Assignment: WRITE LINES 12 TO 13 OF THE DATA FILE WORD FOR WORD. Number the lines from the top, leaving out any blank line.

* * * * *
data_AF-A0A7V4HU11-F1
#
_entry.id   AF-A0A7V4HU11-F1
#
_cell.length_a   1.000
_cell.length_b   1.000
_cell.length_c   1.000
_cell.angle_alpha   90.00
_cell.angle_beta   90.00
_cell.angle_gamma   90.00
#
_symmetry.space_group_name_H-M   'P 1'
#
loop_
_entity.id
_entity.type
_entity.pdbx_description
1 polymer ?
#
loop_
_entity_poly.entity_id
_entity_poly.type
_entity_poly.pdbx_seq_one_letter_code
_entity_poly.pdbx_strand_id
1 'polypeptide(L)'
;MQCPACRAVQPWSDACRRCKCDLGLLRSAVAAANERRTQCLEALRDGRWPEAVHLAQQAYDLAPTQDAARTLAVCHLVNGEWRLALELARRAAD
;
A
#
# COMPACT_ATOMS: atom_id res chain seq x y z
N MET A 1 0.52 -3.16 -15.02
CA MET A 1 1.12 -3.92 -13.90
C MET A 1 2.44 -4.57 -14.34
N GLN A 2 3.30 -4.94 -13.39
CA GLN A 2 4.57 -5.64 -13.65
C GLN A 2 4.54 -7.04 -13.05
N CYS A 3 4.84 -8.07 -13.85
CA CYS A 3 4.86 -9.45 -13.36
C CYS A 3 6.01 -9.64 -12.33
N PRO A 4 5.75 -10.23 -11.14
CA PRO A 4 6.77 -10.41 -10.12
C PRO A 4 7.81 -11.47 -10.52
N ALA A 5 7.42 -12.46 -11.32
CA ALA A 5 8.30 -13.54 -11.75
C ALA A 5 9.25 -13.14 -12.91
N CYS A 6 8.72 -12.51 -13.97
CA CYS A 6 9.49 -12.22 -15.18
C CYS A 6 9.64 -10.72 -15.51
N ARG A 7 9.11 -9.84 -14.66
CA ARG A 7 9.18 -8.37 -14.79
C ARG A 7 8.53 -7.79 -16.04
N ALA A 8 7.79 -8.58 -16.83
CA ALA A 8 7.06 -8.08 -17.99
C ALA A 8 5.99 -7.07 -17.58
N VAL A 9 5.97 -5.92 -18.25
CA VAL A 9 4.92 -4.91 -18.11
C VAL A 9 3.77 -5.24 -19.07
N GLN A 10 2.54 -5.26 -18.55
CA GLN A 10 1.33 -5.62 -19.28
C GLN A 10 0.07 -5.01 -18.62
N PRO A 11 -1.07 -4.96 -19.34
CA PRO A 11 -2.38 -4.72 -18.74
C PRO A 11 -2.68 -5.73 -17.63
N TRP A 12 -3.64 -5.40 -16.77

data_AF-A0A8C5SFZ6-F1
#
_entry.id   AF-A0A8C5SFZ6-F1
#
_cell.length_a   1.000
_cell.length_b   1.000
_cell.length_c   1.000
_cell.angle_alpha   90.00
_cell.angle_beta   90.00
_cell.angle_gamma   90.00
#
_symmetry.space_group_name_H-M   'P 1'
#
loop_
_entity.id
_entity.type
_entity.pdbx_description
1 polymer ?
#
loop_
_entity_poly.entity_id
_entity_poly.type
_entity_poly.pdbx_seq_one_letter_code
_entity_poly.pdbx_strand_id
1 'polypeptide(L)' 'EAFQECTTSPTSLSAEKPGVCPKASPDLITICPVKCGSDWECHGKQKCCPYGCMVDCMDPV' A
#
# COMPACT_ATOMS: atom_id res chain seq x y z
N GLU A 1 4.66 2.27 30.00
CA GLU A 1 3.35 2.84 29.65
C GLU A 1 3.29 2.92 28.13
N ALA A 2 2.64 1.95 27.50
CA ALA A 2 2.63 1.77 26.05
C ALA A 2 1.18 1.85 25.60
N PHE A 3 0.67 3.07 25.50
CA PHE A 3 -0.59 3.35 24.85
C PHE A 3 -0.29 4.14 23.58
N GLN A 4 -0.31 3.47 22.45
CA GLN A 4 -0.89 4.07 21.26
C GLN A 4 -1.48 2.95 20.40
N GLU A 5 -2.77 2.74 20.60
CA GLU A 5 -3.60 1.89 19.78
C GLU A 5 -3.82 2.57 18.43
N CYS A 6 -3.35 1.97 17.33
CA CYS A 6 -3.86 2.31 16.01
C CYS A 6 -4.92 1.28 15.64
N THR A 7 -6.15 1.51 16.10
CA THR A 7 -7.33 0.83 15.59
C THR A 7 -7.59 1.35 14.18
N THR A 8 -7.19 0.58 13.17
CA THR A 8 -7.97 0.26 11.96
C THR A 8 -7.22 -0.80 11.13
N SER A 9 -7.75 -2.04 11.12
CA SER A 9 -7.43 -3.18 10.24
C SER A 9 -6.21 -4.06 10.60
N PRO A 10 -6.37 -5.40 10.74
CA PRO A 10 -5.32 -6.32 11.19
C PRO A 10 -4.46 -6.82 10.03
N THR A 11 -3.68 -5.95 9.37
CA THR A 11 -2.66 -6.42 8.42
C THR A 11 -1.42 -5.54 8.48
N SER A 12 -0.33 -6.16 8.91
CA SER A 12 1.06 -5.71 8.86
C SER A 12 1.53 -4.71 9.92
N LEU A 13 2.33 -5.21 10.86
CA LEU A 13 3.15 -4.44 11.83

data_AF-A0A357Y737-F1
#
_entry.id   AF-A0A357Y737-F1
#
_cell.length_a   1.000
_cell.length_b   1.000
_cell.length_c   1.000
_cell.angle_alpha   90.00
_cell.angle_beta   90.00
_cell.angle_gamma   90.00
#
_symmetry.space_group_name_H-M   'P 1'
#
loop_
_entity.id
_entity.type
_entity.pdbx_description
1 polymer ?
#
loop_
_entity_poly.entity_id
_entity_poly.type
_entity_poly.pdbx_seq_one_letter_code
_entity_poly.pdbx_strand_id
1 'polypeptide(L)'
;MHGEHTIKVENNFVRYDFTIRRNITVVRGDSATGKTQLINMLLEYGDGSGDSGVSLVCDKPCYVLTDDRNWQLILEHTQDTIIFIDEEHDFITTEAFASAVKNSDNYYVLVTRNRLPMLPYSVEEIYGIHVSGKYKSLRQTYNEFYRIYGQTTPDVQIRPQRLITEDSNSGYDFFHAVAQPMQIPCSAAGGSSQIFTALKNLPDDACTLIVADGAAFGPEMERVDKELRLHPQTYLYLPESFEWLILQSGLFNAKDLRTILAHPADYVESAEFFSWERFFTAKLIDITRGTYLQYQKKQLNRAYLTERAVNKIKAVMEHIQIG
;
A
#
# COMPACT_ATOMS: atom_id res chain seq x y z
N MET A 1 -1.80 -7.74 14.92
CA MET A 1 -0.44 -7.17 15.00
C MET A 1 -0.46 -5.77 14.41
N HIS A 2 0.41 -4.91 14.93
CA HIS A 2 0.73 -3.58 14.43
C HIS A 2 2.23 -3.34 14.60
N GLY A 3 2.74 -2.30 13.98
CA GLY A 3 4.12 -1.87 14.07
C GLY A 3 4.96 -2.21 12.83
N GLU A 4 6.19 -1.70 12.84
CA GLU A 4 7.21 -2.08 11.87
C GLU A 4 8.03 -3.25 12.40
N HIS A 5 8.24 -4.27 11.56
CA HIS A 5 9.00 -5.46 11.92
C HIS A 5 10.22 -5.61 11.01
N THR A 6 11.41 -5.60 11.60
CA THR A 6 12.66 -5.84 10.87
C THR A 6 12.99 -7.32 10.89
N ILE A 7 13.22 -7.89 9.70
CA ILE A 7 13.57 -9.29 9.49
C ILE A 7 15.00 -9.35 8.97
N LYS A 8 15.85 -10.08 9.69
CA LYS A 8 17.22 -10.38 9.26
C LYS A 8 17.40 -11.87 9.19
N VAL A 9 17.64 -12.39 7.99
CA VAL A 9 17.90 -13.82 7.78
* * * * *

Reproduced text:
_symmetry.space_group_name_H-M   'P 1'
#